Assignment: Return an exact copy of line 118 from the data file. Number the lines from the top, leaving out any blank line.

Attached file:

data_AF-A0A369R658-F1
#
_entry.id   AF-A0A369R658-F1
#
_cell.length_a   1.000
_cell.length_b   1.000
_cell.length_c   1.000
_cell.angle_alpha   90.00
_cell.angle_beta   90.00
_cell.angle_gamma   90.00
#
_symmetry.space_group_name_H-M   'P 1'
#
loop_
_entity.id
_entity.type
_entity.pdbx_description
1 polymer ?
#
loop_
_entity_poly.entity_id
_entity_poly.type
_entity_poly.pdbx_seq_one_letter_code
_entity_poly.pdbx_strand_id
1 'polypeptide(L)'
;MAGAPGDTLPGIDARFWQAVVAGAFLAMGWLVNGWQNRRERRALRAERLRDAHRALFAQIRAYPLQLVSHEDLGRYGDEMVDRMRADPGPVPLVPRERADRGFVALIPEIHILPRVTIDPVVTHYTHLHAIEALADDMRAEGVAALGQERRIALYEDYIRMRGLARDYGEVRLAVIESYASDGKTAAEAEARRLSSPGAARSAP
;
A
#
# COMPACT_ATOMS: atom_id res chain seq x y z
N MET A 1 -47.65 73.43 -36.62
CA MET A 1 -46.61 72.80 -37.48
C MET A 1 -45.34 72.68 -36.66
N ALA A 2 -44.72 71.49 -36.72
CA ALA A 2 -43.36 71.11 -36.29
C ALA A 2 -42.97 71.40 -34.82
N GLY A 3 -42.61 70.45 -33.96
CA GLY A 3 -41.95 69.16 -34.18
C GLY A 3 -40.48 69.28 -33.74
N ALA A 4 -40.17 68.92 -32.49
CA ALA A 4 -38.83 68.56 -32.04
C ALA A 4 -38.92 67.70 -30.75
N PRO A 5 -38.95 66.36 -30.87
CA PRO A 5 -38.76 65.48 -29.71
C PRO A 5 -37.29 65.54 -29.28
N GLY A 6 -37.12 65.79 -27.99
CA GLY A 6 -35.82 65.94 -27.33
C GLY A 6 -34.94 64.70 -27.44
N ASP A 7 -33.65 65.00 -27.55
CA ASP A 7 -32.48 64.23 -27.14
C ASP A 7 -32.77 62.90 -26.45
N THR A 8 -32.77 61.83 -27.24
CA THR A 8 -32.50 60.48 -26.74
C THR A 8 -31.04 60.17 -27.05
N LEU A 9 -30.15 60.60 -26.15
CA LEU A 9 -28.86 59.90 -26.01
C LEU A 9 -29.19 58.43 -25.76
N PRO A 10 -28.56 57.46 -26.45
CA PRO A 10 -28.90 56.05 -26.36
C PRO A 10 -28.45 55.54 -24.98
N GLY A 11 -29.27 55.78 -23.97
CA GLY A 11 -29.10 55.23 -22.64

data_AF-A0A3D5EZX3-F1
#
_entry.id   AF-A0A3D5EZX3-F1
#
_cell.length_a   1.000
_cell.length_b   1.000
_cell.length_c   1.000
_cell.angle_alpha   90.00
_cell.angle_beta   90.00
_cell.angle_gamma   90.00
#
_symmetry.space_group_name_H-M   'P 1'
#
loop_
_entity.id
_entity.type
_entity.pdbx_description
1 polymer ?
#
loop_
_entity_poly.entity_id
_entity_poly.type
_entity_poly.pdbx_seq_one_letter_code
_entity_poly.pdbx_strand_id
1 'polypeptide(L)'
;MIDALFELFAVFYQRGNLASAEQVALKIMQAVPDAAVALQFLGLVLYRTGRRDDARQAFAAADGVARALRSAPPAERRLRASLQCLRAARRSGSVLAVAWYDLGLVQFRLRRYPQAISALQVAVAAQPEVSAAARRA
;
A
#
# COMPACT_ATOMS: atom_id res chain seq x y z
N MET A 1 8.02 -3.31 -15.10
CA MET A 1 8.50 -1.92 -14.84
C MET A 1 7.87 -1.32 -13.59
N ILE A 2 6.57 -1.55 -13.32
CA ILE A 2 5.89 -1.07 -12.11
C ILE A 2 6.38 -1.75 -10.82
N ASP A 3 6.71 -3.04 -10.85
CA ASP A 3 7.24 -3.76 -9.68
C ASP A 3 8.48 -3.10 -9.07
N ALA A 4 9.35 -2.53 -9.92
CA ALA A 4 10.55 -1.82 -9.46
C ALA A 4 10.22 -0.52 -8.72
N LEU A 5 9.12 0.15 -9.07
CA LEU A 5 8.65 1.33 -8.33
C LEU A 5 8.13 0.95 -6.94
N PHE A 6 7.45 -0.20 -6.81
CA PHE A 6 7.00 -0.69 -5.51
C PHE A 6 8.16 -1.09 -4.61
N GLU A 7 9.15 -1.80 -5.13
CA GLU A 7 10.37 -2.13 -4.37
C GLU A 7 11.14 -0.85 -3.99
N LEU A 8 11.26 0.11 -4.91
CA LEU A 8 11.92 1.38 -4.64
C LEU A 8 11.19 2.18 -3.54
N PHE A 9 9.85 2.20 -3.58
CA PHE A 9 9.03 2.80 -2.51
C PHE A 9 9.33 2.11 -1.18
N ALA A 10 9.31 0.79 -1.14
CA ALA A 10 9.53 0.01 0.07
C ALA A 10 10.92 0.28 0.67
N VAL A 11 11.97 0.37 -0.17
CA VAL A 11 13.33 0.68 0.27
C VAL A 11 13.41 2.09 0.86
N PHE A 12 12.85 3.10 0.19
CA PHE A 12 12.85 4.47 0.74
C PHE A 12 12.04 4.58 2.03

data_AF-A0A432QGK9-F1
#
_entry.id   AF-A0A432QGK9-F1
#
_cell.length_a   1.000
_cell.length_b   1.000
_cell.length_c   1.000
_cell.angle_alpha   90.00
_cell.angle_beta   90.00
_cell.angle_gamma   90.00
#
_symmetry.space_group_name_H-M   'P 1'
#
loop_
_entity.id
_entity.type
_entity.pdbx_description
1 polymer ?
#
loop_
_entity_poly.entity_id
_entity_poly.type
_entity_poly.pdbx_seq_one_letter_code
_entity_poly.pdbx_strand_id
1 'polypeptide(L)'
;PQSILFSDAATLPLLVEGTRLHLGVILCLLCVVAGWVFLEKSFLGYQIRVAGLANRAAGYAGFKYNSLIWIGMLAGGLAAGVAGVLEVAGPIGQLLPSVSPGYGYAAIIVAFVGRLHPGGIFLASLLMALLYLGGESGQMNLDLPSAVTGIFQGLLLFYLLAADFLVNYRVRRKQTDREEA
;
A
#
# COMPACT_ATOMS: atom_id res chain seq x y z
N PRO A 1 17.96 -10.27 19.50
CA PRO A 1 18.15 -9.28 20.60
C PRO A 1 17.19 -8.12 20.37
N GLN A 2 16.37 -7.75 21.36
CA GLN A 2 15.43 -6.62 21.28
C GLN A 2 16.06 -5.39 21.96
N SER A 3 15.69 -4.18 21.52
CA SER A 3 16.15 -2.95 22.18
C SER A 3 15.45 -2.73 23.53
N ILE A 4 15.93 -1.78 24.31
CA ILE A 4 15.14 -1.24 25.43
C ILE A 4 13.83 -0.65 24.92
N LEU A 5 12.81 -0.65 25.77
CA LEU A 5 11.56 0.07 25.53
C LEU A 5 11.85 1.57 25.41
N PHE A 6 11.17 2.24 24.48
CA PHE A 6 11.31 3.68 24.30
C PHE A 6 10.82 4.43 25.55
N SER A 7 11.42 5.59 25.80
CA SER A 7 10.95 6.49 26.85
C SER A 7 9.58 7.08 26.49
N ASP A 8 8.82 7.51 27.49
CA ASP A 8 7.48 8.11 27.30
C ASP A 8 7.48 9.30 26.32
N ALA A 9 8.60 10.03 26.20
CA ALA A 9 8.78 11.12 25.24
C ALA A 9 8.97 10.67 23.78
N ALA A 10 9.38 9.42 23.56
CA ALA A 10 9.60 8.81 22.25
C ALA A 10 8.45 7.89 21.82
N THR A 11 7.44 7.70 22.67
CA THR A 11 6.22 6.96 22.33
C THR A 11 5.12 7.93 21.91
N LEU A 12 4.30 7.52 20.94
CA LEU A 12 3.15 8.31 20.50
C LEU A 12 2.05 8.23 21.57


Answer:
CA PHE A 9 9.03 2.80 -2.51